, ,

My PT

Going into a new school in a new city, state and way of life was not without its challenges, particularly for a 12 year old.  Luckily, and almost right off the bat, I acquired the services of a motivational coach.  Seeming to perceive my need, fellow student Shawn was obviously attracted to the pathos I projected.  I was meek and scared, afraid of being picked on or beat up by some bigger kid, maybe even some messed up gang member.  Shawn showed me right away that fears, like fairy tales, can sometimes come true.

I didn’t know I had any classes with him until he became my Personal Tormentor. Then, with me pinging on his radar, and to give me the personal attention I needed, he moved over to the seat next to me in no fewer than 3 classes every day.

He was 13 but seemed more like 30, he bussed in on the Metro from somewhere I never knew (I wasn’t all that chit-chatty with him about stuff like that), and was much taller and beefier than I (my own growth spurt launch was minus 11 months and counting).  He was muscular like an adult, not having Junior High kid muscles. And though it may have been cliché, he’d flex his biceps in front of my face (like Bowser in “Sha Na Na,” a show I now had more reason than ever to hate).

In his first lesson to me in probability analysis, he showed me (close up) the knuckles on his right hand.  They weren’t just skinned, there WAS NO SKIN.  Heavy use had made the knuckles literally bone.  He looked like a beginner Skeletor, and he knew I was certainly no beginner He-Man.

Shawn had a scenario running, he was a fast talker who always needed something from me, some were things that were obvious, some just a little strange.  In fear or not, I always arrived in class early, the ones I shared with him I’d just stare at the open doorway waiting for him to come in and beeline towards me.  He had a sense of humor; he thought all his shenanigans were funny.  Most of his yuks were about what a pussy I was, I didn’t see the humor in most of that myself.

He told me he was in the Crips, I didn’t know too much about that gang; but I DID know that I saw a lot of other gangs and gang members and never saw someone who said they were in THAT one.  I figured it had to be so bad ass that maybe they only needed to send one “ambassador” to each school.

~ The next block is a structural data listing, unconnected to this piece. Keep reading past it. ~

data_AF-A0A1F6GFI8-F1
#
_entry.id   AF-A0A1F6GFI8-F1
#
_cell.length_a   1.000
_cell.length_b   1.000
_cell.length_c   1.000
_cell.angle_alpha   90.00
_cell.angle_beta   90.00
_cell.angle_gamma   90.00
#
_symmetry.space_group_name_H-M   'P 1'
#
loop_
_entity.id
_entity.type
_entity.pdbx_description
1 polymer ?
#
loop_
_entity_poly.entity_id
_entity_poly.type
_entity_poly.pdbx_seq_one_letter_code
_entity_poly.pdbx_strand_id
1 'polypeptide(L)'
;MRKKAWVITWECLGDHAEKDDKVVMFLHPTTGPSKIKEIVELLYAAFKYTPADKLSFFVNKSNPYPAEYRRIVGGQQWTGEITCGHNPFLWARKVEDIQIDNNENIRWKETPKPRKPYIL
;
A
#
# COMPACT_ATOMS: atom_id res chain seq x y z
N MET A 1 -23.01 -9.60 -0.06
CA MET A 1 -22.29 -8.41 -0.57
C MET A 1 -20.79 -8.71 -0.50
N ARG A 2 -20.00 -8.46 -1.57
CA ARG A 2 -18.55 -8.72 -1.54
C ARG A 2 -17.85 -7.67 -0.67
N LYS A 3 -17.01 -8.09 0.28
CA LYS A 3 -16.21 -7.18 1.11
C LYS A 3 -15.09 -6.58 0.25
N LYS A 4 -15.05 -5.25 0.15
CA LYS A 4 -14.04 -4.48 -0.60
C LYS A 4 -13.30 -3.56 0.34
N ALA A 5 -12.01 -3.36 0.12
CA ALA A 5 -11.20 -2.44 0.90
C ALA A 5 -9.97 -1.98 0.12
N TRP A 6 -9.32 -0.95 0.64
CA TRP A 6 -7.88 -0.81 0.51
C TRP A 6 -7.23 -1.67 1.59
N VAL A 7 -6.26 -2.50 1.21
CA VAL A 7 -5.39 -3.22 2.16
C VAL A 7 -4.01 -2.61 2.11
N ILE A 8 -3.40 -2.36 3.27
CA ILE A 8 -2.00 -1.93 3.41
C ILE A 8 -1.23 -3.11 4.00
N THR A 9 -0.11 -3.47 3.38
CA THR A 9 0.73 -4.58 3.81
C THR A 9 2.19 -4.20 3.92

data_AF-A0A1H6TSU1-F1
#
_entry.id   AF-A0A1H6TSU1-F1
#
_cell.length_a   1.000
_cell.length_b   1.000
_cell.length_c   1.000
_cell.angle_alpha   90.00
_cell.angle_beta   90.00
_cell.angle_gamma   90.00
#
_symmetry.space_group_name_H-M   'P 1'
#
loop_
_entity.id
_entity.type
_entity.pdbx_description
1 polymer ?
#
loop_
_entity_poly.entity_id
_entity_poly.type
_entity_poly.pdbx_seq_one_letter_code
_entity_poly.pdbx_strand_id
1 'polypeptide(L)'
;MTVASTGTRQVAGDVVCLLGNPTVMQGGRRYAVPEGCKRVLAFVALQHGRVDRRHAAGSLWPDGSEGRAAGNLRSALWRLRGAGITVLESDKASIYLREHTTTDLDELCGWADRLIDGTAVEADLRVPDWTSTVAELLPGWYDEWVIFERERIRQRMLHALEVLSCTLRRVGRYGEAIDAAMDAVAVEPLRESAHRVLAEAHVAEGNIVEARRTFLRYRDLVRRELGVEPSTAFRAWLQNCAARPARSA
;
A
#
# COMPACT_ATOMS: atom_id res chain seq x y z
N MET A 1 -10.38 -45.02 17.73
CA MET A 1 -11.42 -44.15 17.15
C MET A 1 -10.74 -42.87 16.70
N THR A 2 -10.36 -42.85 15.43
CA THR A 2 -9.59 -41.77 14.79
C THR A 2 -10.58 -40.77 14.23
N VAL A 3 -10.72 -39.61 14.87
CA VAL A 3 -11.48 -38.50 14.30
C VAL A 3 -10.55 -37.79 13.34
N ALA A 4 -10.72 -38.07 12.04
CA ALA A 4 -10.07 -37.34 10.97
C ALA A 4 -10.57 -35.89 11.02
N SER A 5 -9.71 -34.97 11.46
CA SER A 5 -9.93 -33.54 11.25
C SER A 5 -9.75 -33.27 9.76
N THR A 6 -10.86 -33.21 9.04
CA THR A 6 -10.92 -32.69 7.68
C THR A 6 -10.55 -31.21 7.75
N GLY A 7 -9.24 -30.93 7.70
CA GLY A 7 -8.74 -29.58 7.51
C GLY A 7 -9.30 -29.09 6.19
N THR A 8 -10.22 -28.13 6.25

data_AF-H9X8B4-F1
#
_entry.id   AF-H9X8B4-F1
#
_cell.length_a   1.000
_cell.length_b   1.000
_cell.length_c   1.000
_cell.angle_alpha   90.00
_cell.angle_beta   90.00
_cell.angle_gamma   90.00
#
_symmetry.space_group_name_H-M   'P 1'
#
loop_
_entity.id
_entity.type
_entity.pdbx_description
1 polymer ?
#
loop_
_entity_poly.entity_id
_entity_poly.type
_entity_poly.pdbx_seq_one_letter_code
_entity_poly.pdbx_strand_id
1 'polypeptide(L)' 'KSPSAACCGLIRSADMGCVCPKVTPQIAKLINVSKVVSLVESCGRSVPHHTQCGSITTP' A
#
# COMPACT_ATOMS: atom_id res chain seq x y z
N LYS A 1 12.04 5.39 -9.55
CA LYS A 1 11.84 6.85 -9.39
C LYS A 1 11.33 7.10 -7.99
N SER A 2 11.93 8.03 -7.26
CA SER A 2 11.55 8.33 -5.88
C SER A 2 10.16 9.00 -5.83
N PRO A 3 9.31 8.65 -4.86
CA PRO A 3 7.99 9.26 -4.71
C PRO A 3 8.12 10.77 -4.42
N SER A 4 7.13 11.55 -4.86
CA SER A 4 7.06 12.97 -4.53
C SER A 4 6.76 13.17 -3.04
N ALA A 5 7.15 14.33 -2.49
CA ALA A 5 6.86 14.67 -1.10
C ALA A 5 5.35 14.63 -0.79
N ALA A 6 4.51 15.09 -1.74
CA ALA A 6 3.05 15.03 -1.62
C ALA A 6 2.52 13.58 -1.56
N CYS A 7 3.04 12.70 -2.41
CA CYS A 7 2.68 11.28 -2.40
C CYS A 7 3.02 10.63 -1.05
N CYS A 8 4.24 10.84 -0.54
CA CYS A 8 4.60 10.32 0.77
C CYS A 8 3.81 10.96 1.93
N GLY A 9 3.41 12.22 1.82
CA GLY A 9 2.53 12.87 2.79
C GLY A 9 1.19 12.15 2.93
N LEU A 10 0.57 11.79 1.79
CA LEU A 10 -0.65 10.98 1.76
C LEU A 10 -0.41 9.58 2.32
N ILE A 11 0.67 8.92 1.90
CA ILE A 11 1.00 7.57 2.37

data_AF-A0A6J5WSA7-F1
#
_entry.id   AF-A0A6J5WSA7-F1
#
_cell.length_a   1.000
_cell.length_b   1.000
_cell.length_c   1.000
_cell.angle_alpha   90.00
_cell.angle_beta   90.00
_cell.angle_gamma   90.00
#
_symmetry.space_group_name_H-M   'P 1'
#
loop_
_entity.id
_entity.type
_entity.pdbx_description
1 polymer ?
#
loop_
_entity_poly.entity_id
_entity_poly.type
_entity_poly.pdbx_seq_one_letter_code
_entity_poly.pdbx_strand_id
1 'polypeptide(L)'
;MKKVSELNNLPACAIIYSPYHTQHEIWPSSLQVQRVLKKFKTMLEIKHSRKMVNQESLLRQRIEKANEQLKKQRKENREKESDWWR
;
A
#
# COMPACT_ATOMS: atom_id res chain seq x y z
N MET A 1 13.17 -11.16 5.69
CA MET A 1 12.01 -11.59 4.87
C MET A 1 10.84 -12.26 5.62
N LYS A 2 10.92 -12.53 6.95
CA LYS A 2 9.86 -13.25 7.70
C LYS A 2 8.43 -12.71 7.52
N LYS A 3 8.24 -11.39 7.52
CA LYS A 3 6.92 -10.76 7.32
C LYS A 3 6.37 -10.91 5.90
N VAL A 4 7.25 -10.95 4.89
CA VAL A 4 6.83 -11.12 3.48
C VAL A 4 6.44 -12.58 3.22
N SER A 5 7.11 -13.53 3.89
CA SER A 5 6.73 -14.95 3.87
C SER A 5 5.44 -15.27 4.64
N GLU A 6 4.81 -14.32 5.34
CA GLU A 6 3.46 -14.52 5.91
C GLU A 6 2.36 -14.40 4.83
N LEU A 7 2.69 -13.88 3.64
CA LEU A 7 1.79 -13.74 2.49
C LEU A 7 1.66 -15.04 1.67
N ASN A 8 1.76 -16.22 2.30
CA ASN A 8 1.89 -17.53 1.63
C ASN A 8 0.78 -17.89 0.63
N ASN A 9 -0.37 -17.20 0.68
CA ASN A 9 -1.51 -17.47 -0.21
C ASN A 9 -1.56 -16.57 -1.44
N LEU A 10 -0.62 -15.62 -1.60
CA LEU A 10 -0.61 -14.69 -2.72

He’d lean in close slow down his speech and tell me the things he’d do to me after school, or before school, or right now.  Other kids avoided him and I too became avoided by other students, by association.  Like a pitcher on the bench in the 8th inning, throwing a perfect game, I had plenty of nervous solitude.  I didn’t really have an M.O. for things yet, I wasn’t that funny, wasn’t an athlete, wasn’t particularly artistic.  Shawn would direct me to go stand in a corner right before class and think about this.  I could hear other kids snickering but I still gave this a lot of thought.  He used my paralyzed terror as a tool to channel some latent ability in me, that maybe I could one day offer the world.

Well… I COULD actually doodle.  I drew something for him once.  He zeroed in, his attention was now magnified.  He said, “Draw my house,” describing what it looked like.  I finished it and he smiled like a happy kid who for once DIDN’T have murderous intent.  “Artistic Me” now existed in its embryonic form.   He became kind of a Medici to my Leonardo.  But he made it clear that instead of painting for the glory of the Catholic Church; I was just drawing for my health and continued survival.  I drew the school, I drew his neighborhood, and I drew him (I’ll tell you, that was a shaky reveal).

I should interject here that he copied off every test and homework assignment I had (when he wasn’t on suspension for fighting).  He knew by my vocabulary that I was smart, and I had more motivation than ever to excel in school. Like a pregnant woman who says she is “eating for two,” I had acquired kind of an intellectual dependent.  In a weird way this pressure focused my attention and actually made me a better student.

The drawing wasn’t really going anywhere after awhile.  He wanted humor, caricature, or cartoons.  One day, staring at the southeast corner of Mr. Bishop’s class, I came up with a character that would surely appeal.  Super Shit was his name and crime fighting was his game.  I drew him with the muscles I still lacked, and flying around with a cadre of flies, whom I called his ‘helpful legion.’ He was a heroically caped, coiled up little dung heap. I made up stories about Super Shit’s exploits, to Shawn’s amusement; he just needed to be amused, after all.  But I wasn’t having a very good time.

I’d leave school and alter my route schizophrenically to avoid him, making diversions down Bronson and the other way towards Fountain Avenue. My fear of him was pervasive, to the point where I wasn’t eating or sleeping right.  I didn’t talk to anyone in my family about him, and I was getting to where I was kind of numb to it.  Even Fortress Lido (my apartment building) was losing its ability to make me feel safe. My friend Enrique didn’t even know (he would helpfully point out an empty seat to me when he saw me standing in a corner in class).  Then my fear went to a dumb place.

I wanted to see what would happen if I rebelled.  I started to kind of demur on his requests; he didn’t seem to care, he didn’t threaten me or anything.  Maybe I was going to get away with this after all!